How to Make a Compost Outhouse

A composting outhouse is a great solution to two common problems for large-scale gardeners and hobby farmers: the need to go back to the house to use the bathroom, and the fact that you can never have enough compost to work into the soil and use as mulch. A compost outhouse solves both these problems--because no plumbing is required, you can build one anywhere, even in a field or garden. While it will take up to two years for the waste to completely decompose, it is a completely organic, sustainable, and abundant source of free fertilizer.

Build the Compost Outhouse

Step 1

Follow the manufacturer's instructions to assemble the prefabricated shed.  Line the inside walls with cedar paneling.

This will prevent odors and discourage insects. 

Step 2

Lay the laminate board on a solid level surface, laminate side up.  Put the toilet seat on the board and trace a cut line on the laminate board, using the inside of the seat opening as a guide.

Step 3

Turn the laminate board over so the laminate side is down.  Squeeze a generous spot of wood glue on the end of one of the posts.

Position it, glue side down, on the laminate board, and hold firmly for one to two minutes.  Repeat with the remaining three posts.

Step 4

Position the 40-inch boards along the long edges of the laminate, between the posts.  Use wood glue to glue them in place.

Allow the glue to cure according to the manufacturer's instructions. 

Step 5

Position the 22-inch boards perpendicular to the 40-inch boards, about 3 inches on either side of the cut line.  Glue in place, and allow the glue to cure.

Step 6

Turn the structure right side up, so it is resting on the four corner posts.  Use the power screwdriver to drive 8-inch screws through the laminate board, into the 4 corner posts.

Drive 1-1/2-inch screws through the laminate, into the 40-inch and 22-inch bracing boards. 

Step 7

Use the jigsaw to cut along the cut line, opening a hole in the laminate board. 

Step 8

Follow the manufacturer's instructions to screw the toilet seat to the laminate board, making sure it is lined up with the hole. 

Using the Composting Toilet

Step 1

Move the toilet structure into the shed.  Slide one 50-gallon storage bin with the lid under the hole of the toilet.

Fill the 5-gallon bucket with sawdust and put that inside the shed as well.  Put the second 50-gallon bin outside the outhouse.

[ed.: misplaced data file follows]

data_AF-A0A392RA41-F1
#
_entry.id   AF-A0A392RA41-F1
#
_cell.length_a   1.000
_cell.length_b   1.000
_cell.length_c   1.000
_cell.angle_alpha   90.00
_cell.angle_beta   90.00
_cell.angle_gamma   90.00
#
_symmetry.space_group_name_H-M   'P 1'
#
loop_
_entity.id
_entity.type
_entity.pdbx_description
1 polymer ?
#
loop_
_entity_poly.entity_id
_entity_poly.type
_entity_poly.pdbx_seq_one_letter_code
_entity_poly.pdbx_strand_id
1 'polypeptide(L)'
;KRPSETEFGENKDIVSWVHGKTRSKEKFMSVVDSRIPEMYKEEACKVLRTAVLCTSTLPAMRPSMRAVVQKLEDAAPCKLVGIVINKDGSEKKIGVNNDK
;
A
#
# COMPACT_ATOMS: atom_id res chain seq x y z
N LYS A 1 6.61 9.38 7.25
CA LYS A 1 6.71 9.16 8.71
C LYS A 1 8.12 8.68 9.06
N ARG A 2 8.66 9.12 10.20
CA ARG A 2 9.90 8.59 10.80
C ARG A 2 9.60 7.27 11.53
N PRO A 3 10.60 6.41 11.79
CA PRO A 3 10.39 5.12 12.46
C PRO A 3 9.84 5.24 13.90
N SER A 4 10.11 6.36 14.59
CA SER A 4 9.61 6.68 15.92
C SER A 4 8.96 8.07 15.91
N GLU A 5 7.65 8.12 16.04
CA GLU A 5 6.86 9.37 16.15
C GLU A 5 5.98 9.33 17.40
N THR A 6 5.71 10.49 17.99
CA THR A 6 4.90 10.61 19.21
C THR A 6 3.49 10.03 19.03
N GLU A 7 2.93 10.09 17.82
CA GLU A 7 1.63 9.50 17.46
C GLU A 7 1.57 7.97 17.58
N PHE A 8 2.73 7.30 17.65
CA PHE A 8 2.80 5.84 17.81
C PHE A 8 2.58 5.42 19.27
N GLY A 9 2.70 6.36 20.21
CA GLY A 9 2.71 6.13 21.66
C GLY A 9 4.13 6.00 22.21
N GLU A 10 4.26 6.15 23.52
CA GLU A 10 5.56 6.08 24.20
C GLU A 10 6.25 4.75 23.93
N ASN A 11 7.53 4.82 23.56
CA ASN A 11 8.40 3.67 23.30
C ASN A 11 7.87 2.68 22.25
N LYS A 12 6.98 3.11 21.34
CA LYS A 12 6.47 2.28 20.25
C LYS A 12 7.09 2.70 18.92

Step 2

Before using the toilet, take the lid off the storage container below the toilet structure.  After using the toilet, shake a handful of sawdust into the storage bin to suppress odors, soak up liquid, and aid in decomposition.

Put the lid back on the bin. 

Step 3

Every few days, pull the bin out of the shed and use a pitchfork or shovel to thoroughly mix the waste.  This aerates the waste to prevent odors and speed up decomposition.

Step 4

When the first bin is full, move it outside and replace it with the second bin.  Leave the full bin to finish decomposing, mixing it weekly to prevent odors.

Within a year, the waste will fully decompose and be ready to use as mulch or a soil amendment. 

Things You Will Need

  • Prefabricated 4-foot by 4-foot potting or garden shed
  • Cedar paneling
  • 2 foot by 4 foot by 1 inch laminate board
  • Toilet seat
  • Pencil, pen or permanent marker
  • 4 pressure treated 4-by-4 posts, cut to 4-foot lengths
  • 2 boards, 1-by-1 boards, 22 inches long
  • 2 1-by-1 boards, 40 inches long
  • Wood glue
  • Jigsaw
  • Power screwdriver
  • 8-inch wood screws
  • 1-1/2 inch wood nails
  • 2 to 4 50-gallon plastic storage bins with lids
  • 5 gallon bucket
  • Sawdust
  • Pitchfork or shovel


  • The more you aerate the waste, the faster it will decompose into useful compost.


  • Use plenty of sawdust when you use the composting toilet. It will prevent odors, and add carbon to the eventual compost.

About the Author

Tricia Ballad is a writer, author and project geek. She has written several books including two novels, teaches classes on goal setting and project planning for writers, and loves to cook in her spare time. She is living proof that you can earn a living with a degree in creative writing.

Photo Credits

  • Pixland/Pixland/Getty Images